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How a local charity is showing moms they are 'Mint to Be'

How a local charity is showing moms they are 'Mint to Be'

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Mint To Be

Sharee Allen, founder of Mint to Be, is helping expectant moms go through pregnancy with the resources they need to thrive. Shown are Nicole Prah-ennin, Sharee Allen, Monique Oliver, Yuly Rodriguez and Cynthia Johnson.

CONCORD — Sharee Allen, founder of Mint to Be, said it’s important to help expectant mothers navigate pregnancy without losing themselves in the process, especially now.

Allen launched Mint to Be in the beginning of 2020 after she and her husband moved to the Charlotte area. Allen’s husband was in the Marine Corps for over 11 years and was stationed in multiple countries during that time.

Allen said that through her experience as a military spouse, she saw firsthand how other military spouses and partners had to go through child bearing and rearing alone when their partners were away.

But it wasn’t until 2013, when Allen had her first child, that she truly understood what a mom goes through during and after pregnancy.

“Once I became a mom, I saw the other side of the responsibility a mother has. We take on a lot, not only trying to be a mother but to be an entrepreneur or trying to volunteer or whatever it is our hearts desire,” Allen said.

Allen said she did have to go through some of her pregnancy alone, but the hardest part was keeping a balance in life.

“You can lose sight of who you are when you have a baby,” she said, “because all of that responsibility comes on the mom, about whether you breast feed or how you do things.”

During Allen’s second pregnancy, she experienced pre-eclampsia, and later, after the birth, postpartum depression.

After both pregnancies, Allen said, she wanted to do something to help other mothers navigate pregnancy and focus not just on the babies but also on the moms. She wanted to make sure mothers had tools and resources to help them after birth as well. That is how she chose the name Mint to Be.

“I want women to know they are meant to be. They are meant to be here, not only to be a mom, but whoever God created them to be,” Allen explained.

Her goal for Mint to Be was to provide resources for moms and babies, whether that be counseling or essential items. One of the charity’s board members is a postpartum counselor and has offered free services to Mint to Be’s moms.

During the pandemic, the charity has also been busy hosting several talks covering mothers’ mental health, handing out essential items to expectant mothers and even supplying groceries.

One of Allen’s major goals for Mint to Be is to provide mothers the care and help they need year-round, not just on special occasions like Mother’s Day and baby showers.

“I felt like we needed that extra support. A lot of moms have a baby shower, but then that is it. Everything goes away. It is that one day, but what about throughout the year? What about after the baby is born? What if she is suffering mentally?” Allen said.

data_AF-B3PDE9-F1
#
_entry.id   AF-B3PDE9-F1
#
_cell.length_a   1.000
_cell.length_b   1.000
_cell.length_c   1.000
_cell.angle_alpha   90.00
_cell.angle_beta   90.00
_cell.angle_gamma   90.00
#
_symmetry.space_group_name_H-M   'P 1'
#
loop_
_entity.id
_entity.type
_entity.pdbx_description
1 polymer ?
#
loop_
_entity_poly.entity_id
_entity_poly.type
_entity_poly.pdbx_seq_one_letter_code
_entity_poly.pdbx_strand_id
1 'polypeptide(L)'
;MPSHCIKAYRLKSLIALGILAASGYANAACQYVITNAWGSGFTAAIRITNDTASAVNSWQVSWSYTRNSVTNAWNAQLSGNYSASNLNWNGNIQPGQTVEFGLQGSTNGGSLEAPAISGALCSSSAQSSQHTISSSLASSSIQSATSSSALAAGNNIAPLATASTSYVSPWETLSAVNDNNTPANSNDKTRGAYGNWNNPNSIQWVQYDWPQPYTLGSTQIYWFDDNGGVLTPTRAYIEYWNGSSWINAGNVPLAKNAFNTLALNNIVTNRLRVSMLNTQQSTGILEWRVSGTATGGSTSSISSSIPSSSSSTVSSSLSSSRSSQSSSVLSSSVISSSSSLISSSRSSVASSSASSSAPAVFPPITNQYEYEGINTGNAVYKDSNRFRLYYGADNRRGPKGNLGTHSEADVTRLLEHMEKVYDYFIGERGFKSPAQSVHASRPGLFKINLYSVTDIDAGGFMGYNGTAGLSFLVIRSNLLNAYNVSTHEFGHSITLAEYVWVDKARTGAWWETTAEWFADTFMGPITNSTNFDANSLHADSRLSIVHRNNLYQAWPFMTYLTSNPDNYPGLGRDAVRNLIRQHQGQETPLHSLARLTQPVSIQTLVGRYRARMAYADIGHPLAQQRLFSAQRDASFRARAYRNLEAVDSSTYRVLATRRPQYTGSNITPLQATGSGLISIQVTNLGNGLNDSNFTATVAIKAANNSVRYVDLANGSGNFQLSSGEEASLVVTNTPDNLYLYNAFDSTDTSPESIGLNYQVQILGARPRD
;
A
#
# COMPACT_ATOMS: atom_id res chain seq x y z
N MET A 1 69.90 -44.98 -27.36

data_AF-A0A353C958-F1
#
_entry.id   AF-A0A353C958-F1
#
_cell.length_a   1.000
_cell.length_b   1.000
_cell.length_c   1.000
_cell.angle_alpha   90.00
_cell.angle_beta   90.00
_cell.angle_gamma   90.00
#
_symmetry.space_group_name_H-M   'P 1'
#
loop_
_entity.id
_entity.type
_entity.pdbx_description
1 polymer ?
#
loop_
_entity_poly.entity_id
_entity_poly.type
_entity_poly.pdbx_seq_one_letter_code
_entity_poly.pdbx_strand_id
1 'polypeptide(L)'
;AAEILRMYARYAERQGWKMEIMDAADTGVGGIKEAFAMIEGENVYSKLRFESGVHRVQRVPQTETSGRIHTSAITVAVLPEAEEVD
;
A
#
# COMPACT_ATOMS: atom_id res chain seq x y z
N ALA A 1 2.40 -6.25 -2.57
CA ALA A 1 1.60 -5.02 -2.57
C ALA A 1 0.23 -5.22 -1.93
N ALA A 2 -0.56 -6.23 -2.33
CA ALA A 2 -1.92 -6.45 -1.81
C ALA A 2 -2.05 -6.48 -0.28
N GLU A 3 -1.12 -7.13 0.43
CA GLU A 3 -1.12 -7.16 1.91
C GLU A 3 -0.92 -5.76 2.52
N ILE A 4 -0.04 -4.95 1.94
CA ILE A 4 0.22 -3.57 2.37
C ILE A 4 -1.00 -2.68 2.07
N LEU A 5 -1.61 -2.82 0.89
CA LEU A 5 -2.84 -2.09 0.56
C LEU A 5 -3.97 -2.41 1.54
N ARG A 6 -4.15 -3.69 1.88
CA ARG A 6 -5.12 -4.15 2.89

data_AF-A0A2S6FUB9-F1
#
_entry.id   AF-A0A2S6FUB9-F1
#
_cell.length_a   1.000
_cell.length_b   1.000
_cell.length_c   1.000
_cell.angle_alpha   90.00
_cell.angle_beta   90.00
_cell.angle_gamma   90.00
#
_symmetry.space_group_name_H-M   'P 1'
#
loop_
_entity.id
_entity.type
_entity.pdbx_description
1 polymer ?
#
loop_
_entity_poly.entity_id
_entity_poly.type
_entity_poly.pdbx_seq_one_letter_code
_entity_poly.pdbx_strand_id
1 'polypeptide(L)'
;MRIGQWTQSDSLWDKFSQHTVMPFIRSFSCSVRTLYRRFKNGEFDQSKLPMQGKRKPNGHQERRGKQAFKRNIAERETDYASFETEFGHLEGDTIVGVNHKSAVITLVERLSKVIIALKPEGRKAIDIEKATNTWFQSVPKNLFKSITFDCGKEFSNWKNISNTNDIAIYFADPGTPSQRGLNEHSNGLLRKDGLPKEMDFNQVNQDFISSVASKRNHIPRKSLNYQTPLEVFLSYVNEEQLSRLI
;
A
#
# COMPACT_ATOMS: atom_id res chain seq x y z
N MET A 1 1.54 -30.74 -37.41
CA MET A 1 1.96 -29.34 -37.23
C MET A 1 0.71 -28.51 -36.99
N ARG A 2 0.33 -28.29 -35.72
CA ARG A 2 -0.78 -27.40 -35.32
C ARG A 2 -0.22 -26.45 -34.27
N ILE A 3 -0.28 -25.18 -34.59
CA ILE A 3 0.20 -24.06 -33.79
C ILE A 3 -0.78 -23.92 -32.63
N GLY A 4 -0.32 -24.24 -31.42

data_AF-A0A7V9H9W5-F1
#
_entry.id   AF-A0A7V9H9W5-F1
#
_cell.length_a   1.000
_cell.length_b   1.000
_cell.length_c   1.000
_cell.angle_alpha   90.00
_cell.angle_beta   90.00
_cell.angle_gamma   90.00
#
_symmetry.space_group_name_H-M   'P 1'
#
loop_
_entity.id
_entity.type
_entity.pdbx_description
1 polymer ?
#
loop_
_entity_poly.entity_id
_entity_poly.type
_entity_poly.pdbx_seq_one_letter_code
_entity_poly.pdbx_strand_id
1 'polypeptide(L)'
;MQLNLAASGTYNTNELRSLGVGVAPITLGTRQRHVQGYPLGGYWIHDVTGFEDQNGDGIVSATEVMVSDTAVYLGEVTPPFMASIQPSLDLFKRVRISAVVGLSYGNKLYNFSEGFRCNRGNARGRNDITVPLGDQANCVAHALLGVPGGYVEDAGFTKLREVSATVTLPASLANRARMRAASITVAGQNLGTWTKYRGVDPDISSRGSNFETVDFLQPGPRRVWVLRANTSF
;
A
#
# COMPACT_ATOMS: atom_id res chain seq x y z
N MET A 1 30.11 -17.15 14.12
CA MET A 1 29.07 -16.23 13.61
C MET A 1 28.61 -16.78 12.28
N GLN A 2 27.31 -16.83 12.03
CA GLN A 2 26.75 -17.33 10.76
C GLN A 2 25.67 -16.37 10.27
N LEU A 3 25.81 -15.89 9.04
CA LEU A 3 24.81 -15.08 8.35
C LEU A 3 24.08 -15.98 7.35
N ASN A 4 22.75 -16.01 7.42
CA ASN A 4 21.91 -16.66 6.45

To help kickstart that goal, Allen hosted a drive-thru baby shower March 20 in partnership with VIDA Wellness Center. At least 25 moms signed up for the shower and drove by to pick up their essential items and a few extra goodies like a cupcake and water bottle.

Taiya Burdette, the first mom at the shower to pick up her items, said having an organization like Mint to Be is a needed resource.

“It means a lot,” Burdette said. “We are just starting our college careers right now, so this is going to help out a lot.”

The pandemic, Allen said, has been difficult for some expectant moms. Some mothers had to go to doctor’s appointments alone, give birth without family present or just felt isolated while staying at home. Many of the ways Allen has advocated in the past for mothers to give self-care, like massages, going out to dinner with friends or taking a walk, weren’t always possible during the pandemic. Allen had to shift her self-care message and rethink how to hold some events like the baby shower.

Allen had planned to host the shower in August 2020 as a brunch, but due to the pandemic, those plans had to change. Yuly Rodriguez, one of the founders of VIDA Wellness Center, helped Allen find a way to host a shower with social distancing. Rodriguez said she and Allen became acquainted over mom social media pages.

“When Sharee reached out to me and she told me what she did for the community and how COVID had affected mothers, we said, well this is why we were created,” Rodriquez explained. “One of our pillars is community, and this is a way for us, as things get back to normal, to have a way to bring our community back together and support each other.”

Mint To Be

To remind moms that they also need care, Sharee Allen gave out cupcakes and other goodies as they drove by to pick up their items. Shown, from left, are Marquiez Allen and Monique Oliver.

One of the ways Allen has been able to sustain Mint to Be through the pandemic has been through her own business Couture Events by Sharee Allen.

Through her business, she works with the Kendra Scott store in South Park Mall and hosts flower bars where she is able to talk with customers about her charity. Through a give-back program with Kendra Scott, Allen has also been able to donate to Florence Crittenton Services, Inc. in Charlotte.

To help keep Mint to Be going, Allen has set a goal to have 5% of her business’ proceeds go toward Mint to Be by July 2021.

For now, though, Allen said she is ecstatic that Mint to Be is already making an impact and is reaching more moms.

“I am super happy that there is a need,” Allen said, “and I can make that need met.”

Expectant mothers can learn more about Mint to Be and upcoming events at


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